The companies are to create a shared database of unique digital fingerprints – known as “hashes” – for images and videos that promote terrorism. This could include terrorist recruitment videos or violent terrorist imagery or memes. When one company identifies and removes such a piece of content, the others will be able to use the hash to identify and remove the same piece of content from their own network.
“We hope this collaboration will lead to greater efficiency as we continue to enforce our policies to help curb the pressing global issue of terrorist content online,” said the companies in a shared statement.
Because the companies have different policies on what constitutes terrorist content, they will start by sharing hashes of “the most extreme and egregious terrorist images and videos” as they are most likely to violate “all of our respective companies” content policies, they said.
The precise technical details remain to be established, said Facebook, although the approach echoes that adopted to tackle child sexual abuse imagery. The same companies use the National Center for Missing and Exploited Children’s PhotoDNA technology, developed by Microsoft, to identify images of child sexual abuse. However, with PhotoDNA the images are categorized centrally by law enforcement and the technology companies are legally obliged to remove the content.
Earlier this year Hany Farid, the computer scientist who helped develop PhotoDNA, proposed a sister program for extremist content. He teamed up with the Counter Extremism Project to develop a system that could proactively flag extremist photos, videos and audio clips as they are posted online.
“We are happy to see this development. It’s long overdue,” he told the Guardian, explaining that he has been in conversations with Facebook and Microsoft since January.
Despite welcoming the announcement he remained cautious, particularly because of the lack of an impartial body to monitor the database: “There needs to be complete transparency over how material makes it into this hashing database and you want people who have expertise in extremist content making sure it’s up to date. Otherwise you are relying solely on the individual technology companies to do that.”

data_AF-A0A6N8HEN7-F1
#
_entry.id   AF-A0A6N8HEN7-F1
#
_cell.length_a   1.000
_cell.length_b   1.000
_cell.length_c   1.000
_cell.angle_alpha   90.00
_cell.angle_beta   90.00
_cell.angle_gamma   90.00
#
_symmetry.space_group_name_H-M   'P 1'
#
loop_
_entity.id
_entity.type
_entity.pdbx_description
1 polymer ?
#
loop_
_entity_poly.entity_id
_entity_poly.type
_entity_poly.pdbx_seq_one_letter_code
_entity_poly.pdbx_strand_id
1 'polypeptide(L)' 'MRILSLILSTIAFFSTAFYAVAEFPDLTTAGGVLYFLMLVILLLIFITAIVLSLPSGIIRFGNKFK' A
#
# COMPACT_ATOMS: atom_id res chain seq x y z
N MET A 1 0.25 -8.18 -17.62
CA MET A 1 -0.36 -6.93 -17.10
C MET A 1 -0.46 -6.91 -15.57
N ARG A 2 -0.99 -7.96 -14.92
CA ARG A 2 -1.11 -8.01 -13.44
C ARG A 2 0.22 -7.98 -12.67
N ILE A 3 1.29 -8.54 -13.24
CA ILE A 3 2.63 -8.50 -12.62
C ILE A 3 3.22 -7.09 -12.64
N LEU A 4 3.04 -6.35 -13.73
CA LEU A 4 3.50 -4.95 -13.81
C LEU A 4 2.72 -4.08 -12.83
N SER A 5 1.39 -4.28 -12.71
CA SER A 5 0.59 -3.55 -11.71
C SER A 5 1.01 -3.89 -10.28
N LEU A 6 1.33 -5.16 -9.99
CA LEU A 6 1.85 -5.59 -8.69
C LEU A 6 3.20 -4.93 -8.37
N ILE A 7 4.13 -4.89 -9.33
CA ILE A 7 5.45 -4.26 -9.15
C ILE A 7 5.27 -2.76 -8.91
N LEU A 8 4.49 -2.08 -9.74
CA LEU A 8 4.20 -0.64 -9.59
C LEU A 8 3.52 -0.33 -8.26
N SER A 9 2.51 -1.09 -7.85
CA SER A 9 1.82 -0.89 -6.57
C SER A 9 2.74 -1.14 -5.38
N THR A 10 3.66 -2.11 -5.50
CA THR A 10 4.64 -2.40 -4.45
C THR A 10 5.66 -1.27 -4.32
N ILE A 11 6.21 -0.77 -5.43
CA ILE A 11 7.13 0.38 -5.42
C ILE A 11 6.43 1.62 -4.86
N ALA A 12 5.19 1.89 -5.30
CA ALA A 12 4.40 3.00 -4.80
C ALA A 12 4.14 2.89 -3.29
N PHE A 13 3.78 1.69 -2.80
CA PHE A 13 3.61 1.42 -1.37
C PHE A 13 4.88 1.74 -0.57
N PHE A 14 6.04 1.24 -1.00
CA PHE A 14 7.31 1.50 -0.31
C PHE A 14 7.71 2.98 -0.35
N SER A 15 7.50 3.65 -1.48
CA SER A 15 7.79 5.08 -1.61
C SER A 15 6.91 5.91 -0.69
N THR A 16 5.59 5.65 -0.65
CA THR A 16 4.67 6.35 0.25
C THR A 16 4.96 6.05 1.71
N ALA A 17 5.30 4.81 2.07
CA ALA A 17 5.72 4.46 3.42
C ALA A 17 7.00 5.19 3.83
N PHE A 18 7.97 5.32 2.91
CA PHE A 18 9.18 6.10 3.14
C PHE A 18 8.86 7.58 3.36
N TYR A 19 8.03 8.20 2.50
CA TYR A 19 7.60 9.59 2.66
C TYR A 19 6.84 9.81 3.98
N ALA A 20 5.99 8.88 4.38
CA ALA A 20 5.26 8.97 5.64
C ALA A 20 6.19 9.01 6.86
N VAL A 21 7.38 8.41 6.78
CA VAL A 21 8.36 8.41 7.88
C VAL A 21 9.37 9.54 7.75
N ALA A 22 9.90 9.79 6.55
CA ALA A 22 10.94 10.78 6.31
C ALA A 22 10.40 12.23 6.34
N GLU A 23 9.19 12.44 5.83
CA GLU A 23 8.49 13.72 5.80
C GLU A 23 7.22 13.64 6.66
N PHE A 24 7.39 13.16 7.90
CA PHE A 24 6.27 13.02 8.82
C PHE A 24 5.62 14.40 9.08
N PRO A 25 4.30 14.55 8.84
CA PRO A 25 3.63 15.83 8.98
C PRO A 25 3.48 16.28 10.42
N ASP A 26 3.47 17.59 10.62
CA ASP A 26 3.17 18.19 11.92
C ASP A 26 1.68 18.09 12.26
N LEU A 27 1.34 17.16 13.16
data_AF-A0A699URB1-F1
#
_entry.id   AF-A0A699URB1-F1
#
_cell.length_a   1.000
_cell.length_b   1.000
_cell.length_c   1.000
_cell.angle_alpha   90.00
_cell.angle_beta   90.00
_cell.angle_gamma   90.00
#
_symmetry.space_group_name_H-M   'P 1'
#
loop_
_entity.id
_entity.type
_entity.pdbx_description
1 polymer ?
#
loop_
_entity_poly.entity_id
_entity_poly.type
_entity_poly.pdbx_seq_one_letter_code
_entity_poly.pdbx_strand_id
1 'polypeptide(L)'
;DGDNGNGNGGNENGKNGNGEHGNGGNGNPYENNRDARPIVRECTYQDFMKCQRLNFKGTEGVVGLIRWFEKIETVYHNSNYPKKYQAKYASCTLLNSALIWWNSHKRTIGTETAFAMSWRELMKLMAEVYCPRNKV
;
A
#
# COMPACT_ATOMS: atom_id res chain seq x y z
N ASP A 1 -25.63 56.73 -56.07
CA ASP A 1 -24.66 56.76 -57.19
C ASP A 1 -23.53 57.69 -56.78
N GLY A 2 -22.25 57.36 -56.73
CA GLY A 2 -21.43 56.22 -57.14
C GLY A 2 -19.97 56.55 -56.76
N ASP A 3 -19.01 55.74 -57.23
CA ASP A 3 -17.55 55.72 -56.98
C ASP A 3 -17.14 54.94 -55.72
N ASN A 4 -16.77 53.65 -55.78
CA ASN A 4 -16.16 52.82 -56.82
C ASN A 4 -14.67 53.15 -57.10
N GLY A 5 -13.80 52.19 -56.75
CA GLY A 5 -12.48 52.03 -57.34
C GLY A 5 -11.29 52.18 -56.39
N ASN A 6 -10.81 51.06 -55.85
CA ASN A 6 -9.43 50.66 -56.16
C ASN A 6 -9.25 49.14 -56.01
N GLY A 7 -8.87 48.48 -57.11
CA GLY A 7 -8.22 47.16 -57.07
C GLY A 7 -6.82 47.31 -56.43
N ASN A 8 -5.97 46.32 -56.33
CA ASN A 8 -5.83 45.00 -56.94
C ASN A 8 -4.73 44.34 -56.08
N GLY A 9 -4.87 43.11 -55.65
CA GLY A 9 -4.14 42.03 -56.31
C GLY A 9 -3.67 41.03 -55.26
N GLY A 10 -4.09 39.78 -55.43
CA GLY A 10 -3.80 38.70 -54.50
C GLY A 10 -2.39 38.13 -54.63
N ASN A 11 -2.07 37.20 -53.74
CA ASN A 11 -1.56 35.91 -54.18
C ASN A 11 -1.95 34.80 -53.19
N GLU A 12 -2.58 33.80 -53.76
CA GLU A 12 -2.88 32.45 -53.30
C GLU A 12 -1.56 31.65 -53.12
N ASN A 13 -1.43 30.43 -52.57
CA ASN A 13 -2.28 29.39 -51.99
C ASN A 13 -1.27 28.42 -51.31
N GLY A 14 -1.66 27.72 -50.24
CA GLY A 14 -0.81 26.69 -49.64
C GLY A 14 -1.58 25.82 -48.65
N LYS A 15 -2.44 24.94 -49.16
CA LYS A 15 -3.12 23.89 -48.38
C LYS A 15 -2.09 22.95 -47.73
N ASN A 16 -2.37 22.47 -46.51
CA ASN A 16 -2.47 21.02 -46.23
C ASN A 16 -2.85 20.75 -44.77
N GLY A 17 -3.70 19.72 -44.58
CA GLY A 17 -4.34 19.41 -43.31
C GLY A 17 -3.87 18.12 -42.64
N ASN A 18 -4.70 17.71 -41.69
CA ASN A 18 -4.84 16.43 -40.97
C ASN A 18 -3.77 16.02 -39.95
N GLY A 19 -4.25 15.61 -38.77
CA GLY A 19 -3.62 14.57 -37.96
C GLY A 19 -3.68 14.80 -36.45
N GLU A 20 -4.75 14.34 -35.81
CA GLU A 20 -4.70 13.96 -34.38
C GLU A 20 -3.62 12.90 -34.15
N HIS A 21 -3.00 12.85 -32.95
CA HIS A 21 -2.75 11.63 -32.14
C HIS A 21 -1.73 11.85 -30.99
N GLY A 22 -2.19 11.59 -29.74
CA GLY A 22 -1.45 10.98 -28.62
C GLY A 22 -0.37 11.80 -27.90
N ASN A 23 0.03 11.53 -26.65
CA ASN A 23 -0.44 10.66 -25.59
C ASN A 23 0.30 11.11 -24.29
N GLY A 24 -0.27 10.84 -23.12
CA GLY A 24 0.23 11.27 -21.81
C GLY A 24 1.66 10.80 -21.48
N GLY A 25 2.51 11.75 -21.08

The strength of PhotoDNA comes from the single central database, he said. “If it’s removed from one site, it’s removed everywhere. That’s incredibly powerful. It’s less powerful if it gets removed from Facebook and not from Twitter and YouTube.
“What we want is to eliminate this global megaphone that social media gives to groups like Isis. This doesn’t get done by writing a press release.”
Technology companies have been under pressure from governments around the world over the spread of extremist propaganda online from terror networks such as Isis.
In January top White House officials met with representatives from Apple, Facebook, Twitter and Microsoft to explore ways to tackle terrorism.
“We are interested in exploring all options with you for how to deal with the growing threat of terrorists and other malicious actors using technology, including encrypted technology,” said a briefing document released before the secretive summit.
“Are there technologies that could make it harder for terrorists to use the internet to mobilize, facilitate, and operationalize?”
Facebook said the latest initiative was not the direct result of the January meeting. But it said all the companies agreed there was no place for content that promotes or supports terrorism on their networks.
This article was written by Olivia Solon in San Francisco, for theguardian.com on Tuesday 6th December 2016 01.47 Europe/Londonguardian.co.uk © Guardian News and Media Limited 2010